Belgium winemaking is on the rise. Over the past 10 years, wine production in the country has quadrupled, while the quality of the final product is also increasing. This year, wine makers are expecting excellent results as well. Although the exceptionally hot summer has slightly impacted the production, the sun brings more benefits than not for Belgian wines.
The dry and hot summer has damaged some of the grapes, resulting in about 10% of the harvest to be lost, but the remaining fruits, which are expected to be harvested around 10 September, will be of superior quality and give better wines.
Today we have many more hours of sunshine than in the past. As a result, the grapes are of higher quality and winegrowers can make different types of wine.Lodewijk Waes, chairman of the non-profit organisation Belgian Wine Growers, told De Morgen
Unlike the usual rainy weather in Belgium, this summer has been very sunny. The sun dries up the fruits a little bit. The lower water level means the grapes have a higher sugar concentration. The fermentation process, essential in wine making, is facilitated by the sugar, resulting in a better tasting wine.
More sun also makes the skin of the grapes thicker, which giver the wine a better aroma. Moreover, short periods of rain instead of prolonged ones also contribute to an excellent harvest.
However, too much sun is harmful. Global warming is putting wine producers in traditional southern Europe destinations at risk. To compensate, vineyards are looking into grape varieties that are more resistant to extreme heat and drought, but this will of course change the characteristics of the wines. In particular, the higher sugar concentration could result in a final product with a higher alcohol content as well.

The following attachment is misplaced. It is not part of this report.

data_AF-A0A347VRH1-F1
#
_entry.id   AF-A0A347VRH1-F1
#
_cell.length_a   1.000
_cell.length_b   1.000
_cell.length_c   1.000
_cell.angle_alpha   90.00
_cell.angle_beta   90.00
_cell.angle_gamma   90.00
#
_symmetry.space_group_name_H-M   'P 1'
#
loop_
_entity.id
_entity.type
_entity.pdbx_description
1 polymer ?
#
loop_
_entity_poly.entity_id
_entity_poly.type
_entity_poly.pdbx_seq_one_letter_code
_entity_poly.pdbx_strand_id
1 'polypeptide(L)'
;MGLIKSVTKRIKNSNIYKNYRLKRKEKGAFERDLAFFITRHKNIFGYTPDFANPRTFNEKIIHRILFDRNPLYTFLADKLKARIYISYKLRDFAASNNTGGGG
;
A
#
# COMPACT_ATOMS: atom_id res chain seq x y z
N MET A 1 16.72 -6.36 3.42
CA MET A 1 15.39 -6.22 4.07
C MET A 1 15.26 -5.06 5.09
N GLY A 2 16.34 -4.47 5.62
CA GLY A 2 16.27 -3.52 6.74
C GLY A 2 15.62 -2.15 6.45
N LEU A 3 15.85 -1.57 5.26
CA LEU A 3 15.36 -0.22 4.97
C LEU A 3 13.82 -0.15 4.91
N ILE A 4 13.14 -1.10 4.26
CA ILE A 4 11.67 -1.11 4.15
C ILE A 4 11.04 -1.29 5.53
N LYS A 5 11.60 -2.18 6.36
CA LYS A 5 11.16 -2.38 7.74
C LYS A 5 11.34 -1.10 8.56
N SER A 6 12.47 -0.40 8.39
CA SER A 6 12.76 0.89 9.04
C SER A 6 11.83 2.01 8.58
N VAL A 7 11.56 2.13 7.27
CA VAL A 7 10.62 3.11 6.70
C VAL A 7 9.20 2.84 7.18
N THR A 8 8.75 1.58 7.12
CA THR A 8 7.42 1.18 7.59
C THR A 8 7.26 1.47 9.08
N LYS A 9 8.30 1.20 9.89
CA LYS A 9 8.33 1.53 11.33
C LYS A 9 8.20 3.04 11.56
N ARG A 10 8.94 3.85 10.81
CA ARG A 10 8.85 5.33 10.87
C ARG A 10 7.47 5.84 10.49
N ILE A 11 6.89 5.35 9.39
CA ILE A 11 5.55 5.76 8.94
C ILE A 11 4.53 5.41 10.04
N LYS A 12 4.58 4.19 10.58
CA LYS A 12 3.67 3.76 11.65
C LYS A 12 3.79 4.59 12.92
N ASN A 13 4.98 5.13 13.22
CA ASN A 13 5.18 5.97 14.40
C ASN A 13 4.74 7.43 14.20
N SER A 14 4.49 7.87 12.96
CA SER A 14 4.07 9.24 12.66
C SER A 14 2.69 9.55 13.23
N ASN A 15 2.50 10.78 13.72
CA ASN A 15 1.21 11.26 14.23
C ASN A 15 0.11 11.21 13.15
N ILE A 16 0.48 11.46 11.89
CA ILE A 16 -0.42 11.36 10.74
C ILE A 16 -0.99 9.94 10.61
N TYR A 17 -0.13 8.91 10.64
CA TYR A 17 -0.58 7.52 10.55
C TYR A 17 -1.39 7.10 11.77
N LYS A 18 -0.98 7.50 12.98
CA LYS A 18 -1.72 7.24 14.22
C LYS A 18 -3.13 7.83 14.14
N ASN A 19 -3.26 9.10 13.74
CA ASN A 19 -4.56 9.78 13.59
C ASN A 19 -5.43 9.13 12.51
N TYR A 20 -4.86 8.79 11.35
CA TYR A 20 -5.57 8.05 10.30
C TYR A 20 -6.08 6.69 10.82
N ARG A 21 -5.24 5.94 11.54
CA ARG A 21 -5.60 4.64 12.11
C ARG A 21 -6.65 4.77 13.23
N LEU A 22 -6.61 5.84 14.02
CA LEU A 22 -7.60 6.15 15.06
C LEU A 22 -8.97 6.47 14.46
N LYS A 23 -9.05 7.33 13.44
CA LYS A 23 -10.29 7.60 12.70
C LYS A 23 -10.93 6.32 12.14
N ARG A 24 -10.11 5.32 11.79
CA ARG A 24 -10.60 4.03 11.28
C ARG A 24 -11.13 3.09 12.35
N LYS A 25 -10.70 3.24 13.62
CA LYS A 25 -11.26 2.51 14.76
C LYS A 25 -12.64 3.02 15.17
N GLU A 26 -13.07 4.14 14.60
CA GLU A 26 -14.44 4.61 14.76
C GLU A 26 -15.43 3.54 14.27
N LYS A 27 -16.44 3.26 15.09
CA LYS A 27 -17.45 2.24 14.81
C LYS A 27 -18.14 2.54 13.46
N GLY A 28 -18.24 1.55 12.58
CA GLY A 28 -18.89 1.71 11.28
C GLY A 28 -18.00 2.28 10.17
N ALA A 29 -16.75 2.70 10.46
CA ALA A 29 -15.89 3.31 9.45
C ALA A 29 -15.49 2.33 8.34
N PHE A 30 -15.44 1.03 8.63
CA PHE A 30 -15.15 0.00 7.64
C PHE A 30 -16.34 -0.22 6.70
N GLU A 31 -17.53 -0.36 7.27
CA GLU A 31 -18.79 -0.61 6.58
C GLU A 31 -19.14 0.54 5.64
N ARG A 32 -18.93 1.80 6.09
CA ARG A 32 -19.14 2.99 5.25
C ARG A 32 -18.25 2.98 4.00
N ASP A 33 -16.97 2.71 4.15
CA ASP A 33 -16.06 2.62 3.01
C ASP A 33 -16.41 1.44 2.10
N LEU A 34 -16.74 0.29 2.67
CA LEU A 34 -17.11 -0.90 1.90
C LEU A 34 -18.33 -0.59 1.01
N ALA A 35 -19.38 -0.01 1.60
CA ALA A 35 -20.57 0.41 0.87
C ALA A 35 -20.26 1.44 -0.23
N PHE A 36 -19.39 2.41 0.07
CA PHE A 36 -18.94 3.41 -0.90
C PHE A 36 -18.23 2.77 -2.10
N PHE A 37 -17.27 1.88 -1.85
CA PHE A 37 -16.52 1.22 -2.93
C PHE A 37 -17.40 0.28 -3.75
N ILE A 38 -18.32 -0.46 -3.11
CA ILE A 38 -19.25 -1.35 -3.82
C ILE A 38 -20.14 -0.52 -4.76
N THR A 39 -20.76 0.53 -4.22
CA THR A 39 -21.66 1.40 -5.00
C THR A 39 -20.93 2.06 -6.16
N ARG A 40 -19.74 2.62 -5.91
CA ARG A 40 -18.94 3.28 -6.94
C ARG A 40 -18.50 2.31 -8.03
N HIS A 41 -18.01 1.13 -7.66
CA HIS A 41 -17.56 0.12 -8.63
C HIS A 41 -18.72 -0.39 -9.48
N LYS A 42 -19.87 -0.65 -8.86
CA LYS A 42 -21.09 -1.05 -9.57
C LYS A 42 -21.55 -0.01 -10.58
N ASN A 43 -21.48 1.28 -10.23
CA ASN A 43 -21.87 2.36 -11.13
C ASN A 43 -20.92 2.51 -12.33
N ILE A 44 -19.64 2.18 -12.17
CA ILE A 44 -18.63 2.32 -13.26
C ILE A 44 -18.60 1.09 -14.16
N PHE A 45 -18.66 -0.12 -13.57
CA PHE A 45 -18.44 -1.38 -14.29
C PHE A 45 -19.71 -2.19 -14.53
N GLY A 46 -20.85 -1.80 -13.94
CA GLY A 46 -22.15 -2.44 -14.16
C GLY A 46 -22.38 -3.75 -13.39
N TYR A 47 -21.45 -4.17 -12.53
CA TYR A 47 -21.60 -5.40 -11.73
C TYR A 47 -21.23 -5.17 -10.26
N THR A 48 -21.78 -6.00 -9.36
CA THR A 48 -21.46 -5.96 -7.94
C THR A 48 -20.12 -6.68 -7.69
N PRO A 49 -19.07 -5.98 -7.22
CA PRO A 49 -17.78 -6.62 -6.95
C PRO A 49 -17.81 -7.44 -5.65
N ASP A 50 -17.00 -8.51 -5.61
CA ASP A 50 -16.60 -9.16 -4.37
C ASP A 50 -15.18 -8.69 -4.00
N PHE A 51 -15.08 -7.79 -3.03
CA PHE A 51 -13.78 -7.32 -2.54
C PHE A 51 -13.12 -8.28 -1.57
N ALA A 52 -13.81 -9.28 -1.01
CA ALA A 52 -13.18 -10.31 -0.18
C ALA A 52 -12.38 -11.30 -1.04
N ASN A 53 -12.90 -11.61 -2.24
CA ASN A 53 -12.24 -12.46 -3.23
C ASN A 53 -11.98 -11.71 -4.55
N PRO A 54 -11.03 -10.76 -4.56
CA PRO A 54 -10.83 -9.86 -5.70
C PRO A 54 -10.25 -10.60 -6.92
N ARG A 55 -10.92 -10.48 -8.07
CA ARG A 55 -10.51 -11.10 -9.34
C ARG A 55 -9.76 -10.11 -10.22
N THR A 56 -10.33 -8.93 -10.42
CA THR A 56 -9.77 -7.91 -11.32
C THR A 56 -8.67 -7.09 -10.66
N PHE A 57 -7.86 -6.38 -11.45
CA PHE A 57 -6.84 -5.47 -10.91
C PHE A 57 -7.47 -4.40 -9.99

The heat makes it difficult in Spain and the south of France to grow grapes in a normal way. High temperatures result in a sugar explosion and alcohol percentages of 15 or 16%. There are techniques to reduce that percentage, but that also lowers the quality. You often get heavy, plump wines.Lodewijk Waes, chairman of the non-profit organisation Belgian Wine Growers
While global warming could be devastating for traditional wine regions, The Brussels Times says that “in Belgium, conditions are increasingly optimal for wine production, making the country look more and more like Bordeaux.”